lowest gear ratio, just like sprockets
do on a sport quad. When you hit the
gas pedal, the primary clutch shifts
out and grabs the belt to produce forward movement. As rpm climbs to
the setting produced by your clutch
calibration, the clutches move to the
shifting phase. As the primary clutch
squeezes inward and causes the belt
to ride up on the sheaves, the secondary clutch releases and causes
the belt to ride lower in the sheaves.
This inverse effect happens in harmo-
ny and keeps belt tension and length
constant so that no slippage occurs. If
the clutches are not calibrated in a
manner that they sync up, belt slip-
page will occur. As the belt rides up
or down on the sheaves, the diameter
of the clutch changes in relation to
where the belt contacts it. As the pri-
mary clutch moves in and the belt
rides higher, it produces a higher
gear ratio by increasing the amount
of revolutions the belt makes per
engine rpm. The secondary clutch
getting smaller amplifies the effect; a
smaller rear “sprocket” increases the
amount of revolutions the rear
wheels make per engine rpm.
Our EPI clutch kit came with a pri-
mary and secondary spring and a
new machined helix, but no weights.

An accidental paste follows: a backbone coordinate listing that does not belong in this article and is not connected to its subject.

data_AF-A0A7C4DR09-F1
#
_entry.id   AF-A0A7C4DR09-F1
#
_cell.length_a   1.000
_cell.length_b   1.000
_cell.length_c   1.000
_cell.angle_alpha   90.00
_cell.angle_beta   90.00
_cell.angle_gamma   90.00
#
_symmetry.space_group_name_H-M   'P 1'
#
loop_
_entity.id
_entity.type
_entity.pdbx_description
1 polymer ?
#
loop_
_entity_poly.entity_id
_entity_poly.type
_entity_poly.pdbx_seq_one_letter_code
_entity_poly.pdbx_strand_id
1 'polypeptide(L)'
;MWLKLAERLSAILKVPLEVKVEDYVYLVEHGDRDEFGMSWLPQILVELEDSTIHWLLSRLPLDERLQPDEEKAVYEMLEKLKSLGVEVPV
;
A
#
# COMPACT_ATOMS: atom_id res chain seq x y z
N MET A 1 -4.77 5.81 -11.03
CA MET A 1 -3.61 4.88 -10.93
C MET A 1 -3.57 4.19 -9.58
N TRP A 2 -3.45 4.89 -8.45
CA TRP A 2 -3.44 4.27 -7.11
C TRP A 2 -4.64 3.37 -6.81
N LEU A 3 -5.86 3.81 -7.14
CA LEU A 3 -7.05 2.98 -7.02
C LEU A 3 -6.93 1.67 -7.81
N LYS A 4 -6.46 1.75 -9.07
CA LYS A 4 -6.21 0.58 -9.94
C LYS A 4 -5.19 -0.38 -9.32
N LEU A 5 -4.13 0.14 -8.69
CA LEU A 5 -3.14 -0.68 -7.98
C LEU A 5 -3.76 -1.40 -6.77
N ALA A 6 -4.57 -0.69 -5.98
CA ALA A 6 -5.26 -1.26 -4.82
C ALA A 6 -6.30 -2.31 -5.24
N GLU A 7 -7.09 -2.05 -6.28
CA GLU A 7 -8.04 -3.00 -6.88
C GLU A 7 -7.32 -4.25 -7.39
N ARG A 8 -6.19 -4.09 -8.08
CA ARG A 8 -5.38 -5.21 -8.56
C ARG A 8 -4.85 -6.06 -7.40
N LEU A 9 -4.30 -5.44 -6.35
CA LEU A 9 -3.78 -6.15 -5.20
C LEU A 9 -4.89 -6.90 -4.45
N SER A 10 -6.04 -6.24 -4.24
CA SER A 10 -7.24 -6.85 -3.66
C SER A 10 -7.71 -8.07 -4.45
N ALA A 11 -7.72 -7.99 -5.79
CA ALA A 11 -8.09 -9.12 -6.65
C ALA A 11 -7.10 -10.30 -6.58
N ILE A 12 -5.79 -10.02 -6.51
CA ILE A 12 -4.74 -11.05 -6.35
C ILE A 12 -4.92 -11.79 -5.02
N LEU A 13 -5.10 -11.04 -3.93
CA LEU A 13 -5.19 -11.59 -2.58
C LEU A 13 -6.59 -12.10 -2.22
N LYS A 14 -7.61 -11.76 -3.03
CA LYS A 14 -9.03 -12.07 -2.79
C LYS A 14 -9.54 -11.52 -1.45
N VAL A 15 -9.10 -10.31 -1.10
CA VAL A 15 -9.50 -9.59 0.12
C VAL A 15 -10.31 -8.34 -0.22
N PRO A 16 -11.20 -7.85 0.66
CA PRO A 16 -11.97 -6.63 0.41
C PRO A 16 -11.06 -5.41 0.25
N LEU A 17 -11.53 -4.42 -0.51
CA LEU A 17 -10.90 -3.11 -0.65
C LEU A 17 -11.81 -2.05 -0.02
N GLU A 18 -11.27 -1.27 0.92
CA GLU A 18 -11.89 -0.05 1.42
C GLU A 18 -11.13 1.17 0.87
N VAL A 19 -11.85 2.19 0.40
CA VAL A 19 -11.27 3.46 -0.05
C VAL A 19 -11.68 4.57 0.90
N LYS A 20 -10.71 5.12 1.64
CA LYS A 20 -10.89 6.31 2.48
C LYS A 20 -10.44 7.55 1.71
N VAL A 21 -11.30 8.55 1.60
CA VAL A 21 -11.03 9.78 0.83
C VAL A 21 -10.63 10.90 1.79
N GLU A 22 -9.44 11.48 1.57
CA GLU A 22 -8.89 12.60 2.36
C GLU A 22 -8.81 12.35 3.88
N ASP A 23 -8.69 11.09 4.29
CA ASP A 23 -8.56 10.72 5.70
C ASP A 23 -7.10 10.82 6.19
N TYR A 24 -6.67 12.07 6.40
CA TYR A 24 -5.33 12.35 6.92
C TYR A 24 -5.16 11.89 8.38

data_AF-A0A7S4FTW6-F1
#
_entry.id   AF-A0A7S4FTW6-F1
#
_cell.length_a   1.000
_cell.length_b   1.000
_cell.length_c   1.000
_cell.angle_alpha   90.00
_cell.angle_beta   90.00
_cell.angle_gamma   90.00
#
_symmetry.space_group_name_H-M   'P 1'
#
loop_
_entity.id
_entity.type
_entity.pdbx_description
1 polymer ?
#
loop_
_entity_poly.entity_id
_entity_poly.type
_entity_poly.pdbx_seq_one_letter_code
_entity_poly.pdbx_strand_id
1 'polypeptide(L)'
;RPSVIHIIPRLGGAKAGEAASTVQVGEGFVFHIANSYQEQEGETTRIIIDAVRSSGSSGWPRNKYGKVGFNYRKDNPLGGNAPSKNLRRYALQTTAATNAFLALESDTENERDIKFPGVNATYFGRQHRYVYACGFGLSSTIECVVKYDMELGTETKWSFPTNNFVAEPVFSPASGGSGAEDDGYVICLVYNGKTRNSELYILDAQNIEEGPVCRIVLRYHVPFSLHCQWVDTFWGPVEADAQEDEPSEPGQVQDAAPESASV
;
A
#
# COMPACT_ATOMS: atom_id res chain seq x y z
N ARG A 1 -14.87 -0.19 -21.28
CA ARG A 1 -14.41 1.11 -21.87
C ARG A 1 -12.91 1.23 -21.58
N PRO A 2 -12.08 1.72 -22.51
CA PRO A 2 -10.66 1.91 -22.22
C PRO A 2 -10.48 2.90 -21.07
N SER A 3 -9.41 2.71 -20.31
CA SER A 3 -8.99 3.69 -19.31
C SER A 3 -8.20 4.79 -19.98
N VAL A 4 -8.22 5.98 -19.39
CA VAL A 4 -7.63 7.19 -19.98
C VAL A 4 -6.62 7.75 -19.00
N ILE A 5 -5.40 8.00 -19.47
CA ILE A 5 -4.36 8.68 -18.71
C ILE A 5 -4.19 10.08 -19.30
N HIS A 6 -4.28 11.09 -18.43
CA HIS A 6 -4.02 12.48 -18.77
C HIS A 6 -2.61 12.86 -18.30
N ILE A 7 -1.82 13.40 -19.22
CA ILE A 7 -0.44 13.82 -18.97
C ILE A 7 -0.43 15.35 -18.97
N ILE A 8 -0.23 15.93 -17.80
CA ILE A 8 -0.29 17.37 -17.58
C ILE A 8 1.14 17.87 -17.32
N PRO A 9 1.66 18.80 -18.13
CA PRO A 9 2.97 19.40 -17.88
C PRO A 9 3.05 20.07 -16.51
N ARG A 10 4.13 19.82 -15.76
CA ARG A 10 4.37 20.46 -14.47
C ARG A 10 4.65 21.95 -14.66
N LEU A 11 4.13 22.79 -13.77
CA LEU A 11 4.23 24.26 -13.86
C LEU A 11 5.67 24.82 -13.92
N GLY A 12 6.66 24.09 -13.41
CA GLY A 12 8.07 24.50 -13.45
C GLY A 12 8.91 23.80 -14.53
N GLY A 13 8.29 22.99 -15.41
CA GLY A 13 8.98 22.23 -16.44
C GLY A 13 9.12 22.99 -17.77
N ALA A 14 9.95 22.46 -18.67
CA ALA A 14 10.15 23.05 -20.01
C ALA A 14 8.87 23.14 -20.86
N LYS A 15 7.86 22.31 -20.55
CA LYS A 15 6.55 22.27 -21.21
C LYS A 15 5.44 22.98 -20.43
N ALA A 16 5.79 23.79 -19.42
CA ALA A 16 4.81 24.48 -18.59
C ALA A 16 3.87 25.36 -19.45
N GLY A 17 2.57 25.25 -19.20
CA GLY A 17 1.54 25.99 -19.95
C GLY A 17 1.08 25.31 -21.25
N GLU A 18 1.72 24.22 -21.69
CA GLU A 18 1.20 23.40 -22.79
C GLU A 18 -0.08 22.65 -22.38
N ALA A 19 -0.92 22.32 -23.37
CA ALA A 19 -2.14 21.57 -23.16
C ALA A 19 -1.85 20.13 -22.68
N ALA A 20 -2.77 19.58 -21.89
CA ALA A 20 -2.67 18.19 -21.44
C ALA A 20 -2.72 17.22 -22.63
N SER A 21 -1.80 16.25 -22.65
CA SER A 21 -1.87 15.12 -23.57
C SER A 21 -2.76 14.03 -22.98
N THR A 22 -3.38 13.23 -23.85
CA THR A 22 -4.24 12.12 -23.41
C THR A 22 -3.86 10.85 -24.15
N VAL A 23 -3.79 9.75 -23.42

For our machine setup, the stock
weights work well, and EPI offers
many kits to suit your modifications,
elevation, tire size and terrain. Check
out www.epiperformance.com for
more information. The machined
helix in the EPI kit looks much differ-
ent than the stock one; there is no bot-
tom profile to slow the upshift on the
secondary clutch. After installing the
EPI kit (read on for a full walk-
through), the shifting was improved
from off-idle to top speed, and the
RZR pulled more consistently and
harder through the shifting phases.
On/off throttle response quickened by
a noticeable amount, which is
referred to as “backshift” (the clutch’s
ability to maintain pressure and
engagement when the throttle is
chopped and reapplied, creating
quick acceleration whenever you
stab the pedal). Belt grip was notice-
ably increased; we didn’t slip the belt
or smell it burning even on the tough-
est hill climbs we could find. The
overall improvement is a tighter feel
to the clutch that helps the RZR XP
feel even sportier, with increased
acceleration and lightning-quick
throttle response. The kit tested here
retails for $329.95, but sport utility
clutch kits start at $189.95.
STEP 5: Using a long socket extension or screwdriver,
hold the primary clutch steady while you slowly thread
the puller into the clutch. Be careful, because when the
clutch pops off the shaft, it pops off pretty hard!
STEP 6: When the primary clutch is loose, remove it
from the shaft and place it on a clean rag.
STEP 7: Next, carefully remove the belt from the secondary clutch, ensuring you don’t damage it.
STEP 8: Pull the secondary clutch off of the shaft. It has
a splined inner ring, so no puller is needed.